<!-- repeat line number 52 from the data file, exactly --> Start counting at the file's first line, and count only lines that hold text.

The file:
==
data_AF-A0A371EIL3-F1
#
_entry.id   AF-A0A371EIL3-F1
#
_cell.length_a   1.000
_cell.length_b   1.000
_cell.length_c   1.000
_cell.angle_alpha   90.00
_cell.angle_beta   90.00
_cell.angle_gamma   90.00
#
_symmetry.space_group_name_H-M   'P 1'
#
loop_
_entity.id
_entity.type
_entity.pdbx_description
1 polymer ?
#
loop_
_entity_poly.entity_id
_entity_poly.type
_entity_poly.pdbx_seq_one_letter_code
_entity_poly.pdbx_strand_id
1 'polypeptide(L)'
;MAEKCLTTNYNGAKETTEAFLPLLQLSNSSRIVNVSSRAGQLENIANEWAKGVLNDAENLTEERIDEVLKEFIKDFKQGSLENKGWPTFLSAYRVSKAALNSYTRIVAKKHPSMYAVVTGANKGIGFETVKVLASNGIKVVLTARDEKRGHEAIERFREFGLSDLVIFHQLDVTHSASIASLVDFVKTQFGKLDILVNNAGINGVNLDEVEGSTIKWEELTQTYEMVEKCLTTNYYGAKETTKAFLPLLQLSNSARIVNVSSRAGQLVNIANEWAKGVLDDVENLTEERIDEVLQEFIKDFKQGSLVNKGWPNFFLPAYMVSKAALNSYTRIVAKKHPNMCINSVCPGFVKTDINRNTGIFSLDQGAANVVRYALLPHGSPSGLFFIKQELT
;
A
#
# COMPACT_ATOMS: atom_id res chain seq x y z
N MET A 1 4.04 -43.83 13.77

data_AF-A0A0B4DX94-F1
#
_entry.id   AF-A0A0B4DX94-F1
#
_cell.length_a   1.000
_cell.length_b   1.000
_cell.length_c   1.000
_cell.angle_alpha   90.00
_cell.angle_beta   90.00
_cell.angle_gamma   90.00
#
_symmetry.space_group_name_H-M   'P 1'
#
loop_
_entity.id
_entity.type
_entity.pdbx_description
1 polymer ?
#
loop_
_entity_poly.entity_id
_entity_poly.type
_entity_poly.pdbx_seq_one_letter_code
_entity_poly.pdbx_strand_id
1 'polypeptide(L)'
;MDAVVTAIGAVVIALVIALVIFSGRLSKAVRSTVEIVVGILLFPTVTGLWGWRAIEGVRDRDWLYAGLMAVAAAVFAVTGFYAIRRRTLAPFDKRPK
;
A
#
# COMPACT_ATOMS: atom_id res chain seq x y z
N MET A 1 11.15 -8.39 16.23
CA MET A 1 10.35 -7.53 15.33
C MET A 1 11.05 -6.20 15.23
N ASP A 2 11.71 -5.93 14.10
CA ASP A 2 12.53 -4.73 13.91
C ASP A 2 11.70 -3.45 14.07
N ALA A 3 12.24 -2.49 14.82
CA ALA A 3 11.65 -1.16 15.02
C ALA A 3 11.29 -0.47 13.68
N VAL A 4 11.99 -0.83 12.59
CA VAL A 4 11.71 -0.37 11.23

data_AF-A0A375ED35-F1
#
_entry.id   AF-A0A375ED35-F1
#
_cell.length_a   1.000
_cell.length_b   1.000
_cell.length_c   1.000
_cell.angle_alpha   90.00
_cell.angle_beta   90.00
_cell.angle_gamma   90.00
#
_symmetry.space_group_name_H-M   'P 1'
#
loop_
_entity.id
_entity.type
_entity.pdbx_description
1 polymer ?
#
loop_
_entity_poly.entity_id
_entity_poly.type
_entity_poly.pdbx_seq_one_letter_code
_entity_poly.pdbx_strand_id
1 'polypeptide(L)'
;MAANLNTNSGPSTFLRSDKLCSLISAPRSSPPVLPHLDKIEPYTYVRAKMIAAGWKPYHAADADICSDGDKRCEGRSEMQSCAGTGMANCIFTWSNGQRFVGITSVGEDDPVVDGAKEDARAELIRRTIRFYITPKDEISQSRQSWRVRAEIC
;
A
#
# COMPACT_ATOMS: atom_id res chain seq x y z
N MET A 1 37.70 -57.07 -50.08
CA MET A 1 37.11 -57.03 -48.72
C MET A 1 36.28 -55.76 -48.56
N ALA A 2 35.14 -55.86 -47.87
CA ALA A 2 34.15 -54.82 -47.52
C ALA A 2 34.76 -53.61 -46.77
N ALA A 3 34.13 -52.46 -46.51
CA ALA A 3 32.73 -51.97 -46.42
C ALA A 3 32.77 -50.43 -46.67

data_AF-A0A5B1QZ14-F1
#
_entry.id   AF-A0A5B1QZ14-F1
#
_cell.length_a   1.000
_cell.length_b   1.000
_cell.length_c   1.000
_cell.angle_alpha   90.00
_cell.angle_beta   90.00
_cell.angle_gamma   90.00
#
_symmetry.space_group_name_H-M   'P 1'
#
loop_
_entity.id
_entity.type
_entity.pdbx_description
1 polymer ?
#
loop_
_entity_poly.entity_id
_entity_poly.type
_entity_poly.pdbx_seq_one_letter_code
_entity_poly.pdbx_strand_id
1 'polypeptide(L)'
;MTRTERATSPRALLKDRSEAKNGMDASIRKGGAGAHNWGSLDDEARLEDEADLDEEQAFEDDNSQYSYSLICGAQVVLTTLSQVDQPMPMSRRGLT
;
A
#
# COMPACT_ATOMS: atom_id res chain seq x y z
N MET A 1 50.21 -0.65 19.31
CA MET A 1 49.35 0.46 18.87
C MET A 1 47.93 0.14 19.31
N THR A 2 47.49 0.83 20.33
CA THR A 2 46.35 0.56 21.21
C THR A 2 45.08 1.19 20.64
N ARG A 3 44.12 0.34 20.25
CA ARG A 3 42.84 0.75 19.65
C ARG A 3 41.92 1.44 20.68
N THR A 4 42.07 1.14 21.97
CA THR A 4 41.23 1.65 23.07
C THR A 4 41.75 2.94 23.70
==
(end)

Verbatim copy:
_entity_poly.entity_id